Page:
• Is there an apparent lack of any other reasonable or efficient means to submit the question to the Court? This is irrelevant. If an intervener can help and improve the Court’s consideration of the issues in a judicial review or an appeal therefrom, why would the Court turn the intervener aside just because the intervener can go elsewhere? If the concern underlying this factor is that the intervener is raising a new question that could be raised elsewhere, generally interveners – and others – are not allowed to raise new questions on judicial review: Alberta (Information and Privacy Commissioner) v. Alberta Teachers’ Association, 2011 SCC 61 at paragraphs 22-29.
  • Is the position of the proposed intervener adequately defended by one of the parties to the case? This is relevant and important. It raises the key question under Rule 109(2), namely whether the intervener will bring further, different and valuable insights and perspectives to the Court that will assist it in determining the matter. Among other things, this can acquaint the Court with the implications of approaches it might take in its reasons.
  • Are the interests of justice better served by the intervention of the proposed third party? Again, this is relevant and important. Sometimes the issues before the Court assume such a public and important dimension that the Court needs to be exposed to perspectives beyond the particular parties who happen to be before the Court. Sometimes that broader exposure is necessary to appear to be doing – and to do – justice in the case.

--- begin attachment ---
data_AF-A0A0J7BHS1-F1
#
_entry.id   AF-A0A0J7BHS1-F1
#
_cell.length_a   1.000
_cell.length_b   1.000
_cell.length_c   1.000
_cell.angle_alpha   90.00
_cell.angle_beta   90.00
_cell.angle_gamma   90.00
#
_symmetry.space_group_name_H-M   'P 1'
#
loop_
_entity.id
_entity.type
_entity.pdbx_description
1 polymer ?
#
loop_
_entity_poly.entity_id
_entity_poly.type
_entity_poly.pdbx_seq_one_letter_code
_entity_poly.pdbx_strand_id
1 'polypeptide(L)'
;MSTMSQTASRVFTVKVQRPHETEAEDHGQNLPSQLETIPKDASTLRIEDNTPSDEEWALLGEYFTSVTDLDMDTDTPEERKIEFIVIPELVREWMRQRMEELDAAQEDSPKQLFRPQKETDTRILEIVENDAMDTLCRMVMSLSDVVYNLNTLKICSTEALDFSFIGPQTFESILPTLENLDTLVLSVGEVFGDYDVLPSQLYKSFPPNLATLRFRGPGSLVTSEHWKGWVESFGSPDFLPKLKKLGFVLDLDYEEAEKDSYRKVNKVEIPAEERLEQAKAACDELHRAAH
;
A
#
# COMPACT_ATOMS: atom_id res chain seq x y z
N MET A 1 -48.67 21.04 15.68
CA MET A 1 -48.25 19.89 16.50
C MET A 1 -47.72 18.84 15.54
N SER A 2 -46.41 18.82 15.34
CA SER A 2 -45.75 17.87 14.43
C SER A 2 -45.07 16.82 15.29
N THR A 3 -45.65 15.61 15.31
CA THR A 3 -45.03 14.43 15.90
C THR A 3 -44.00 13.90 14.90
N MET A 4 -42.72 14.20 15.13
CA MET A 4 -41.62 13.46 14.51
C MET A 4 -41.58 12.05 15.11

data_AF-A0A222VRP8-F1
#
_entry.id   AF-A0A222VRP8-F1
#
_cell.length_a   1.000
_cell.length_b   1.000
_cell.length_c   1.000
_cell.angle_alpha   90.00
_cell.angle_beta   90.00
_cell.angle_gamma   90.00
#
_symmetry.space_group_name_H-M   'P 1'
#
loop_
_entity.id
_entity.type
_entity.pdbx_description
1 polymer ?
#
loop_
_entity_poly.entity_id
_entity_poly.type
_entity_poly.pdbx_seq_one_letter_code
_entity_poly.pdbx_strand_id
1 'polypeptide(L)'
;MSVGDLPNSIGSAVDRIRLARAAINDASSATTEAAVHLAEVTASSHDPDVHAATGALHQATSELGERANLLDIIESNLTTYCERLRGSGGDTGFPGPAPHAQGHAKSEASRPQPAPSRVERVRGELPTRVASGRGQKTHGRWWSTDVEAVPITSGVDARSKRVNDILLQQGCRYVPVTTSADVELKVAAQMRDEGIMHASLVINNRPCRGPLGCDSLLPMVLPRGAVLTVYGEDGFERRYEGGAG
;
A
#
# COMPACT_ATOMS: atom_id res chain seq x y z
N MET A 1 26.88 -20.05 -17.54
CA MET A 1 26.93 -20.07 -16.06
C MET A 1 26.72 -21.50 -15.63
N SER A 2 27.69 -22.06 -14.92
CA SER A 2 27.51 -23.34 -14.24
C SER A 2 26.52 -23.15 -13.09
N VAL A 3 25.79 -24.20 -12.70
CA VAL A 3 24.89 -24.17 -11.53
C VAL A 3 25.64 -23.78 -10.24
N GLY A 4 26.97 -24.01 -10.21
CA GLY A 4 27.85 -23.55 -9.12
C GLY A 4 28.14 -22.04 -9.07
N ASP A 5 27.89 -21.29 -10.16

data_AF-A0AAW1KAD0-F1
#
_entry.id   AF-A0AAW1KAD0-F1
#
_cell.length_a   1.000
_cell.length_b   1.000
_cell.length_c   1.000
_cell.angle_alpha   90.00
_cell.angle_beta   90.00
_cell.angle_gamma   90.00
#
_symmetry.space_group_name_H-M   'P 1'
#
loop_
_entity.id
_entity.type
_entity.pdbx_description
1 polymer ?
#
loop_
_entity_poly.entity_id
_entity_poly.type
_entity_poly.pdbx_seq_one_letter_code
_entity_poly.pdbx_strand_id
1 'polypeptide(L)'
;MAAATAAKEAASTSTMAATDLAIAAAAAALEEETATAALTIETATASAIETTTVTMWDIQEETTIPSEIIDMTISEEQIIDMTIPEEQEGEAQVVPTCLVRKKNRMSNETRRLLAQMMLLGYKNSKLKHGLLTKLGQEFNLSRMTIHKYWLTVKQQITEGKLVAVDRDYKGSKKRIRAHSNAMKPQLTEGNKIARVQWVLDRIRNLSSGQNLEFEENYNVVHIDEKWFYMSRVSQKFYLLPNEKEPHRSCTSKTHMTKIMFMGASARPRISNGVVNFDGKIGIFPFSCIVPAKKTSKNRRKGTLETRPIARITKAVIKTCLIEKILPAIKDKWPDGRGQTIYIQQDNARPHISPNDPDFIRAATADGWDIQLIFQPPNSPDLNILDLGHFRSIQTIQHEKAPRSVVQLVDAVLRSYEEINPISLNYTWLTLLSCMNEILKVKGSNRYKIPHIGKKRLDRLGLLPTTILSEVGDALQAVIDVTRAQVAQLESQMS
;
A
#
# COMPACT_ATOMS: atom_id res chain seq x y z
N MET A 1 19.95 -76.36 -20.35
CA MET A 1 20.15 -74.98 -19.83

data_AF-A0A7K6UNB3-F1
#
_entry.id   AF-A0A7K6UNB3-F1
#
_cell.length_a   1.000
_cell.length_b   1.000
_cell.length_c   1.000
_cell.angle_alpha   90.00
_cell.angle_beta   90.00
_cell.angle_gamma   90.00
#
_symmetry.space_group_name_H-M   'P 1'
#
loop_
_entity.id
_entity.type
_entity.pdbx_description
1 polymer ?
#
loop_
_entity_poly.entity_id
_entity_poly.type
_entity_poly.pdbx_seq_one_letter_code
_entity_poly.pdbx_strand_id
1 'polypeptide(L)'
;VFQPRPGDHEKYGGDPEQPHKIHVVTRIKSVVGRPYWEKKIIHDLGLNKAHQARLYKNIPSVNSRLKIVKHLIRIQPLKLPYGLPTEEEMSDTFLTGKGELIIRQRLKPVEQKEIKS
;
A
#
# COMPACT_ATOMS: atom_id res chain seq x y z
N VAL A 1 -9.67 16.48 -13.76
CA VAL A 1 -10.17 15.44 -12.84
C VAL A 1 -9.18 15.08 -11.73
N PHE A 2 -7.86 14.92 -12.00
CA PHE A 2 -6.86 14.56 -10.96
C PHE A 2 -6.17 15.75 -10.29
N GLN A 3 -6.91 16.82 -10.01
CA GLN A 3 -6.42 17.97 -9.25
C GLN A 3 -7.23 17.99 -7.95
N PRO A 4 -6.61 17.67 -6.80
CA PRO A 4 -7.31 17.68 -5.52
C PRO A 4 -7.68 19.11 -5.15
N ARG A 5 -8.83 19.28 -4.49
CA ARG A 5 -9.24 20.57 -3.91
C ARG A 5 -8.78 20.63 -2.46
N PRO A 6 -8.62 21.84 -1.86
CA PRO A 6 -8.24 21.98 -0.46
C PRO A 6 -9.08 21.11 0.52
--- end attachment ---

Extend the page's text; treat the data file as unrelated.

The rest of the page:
• Can the Court hear and decide the case on its merits without the proposed intervener? Almost always, the Court can hear and decide a case without the proposed intervener. The more salient question is whether the intervener will bring further, different and valuable insights and perspectives that will assist the Court in determining the matter.

[10] To this, I would add two other considerations, not mentioned in the list of factors in Rothmans, Benson & Hedges:

  • Is the proposed intervention inconsistent with the imperatives in Rule 3, namely securing “the just, most expeditious and least expensive determination of every proceeding on its merits”? For example, some motions to intervene will be too late and will disrupt the orderly progress of a matter. Others, even if not too late, by their nature may unduly complicate or protract the proceedings. Considerations such as these should now pervade the interpretation and application of procedural rules: Hryniak v. Mauldin, 2014 SCC 7.
  • Have the specific procedural requirements of Rules 109(2) and 359-369 been met? Rule 109(2) requires the moving party to list its name, address and solicitor, describe how it intends to participate in the proceeding, and explain how its participation “will assist the determination of a factual or legal issue related to the proceeding.” Further, in a motion such as this, brought under Rules 359-369, moving parties should file detailed and well-particularized supporting affidavits to satisfy the Court that intervention is warranted. Compliance with the Rules is mandatory and must form part of the test on intervention motions.

Since his comments were made in the context of a motion, Stratas J.A. recognized they were not binding on the Court. It will be for the Court to assess the merits of his reasons.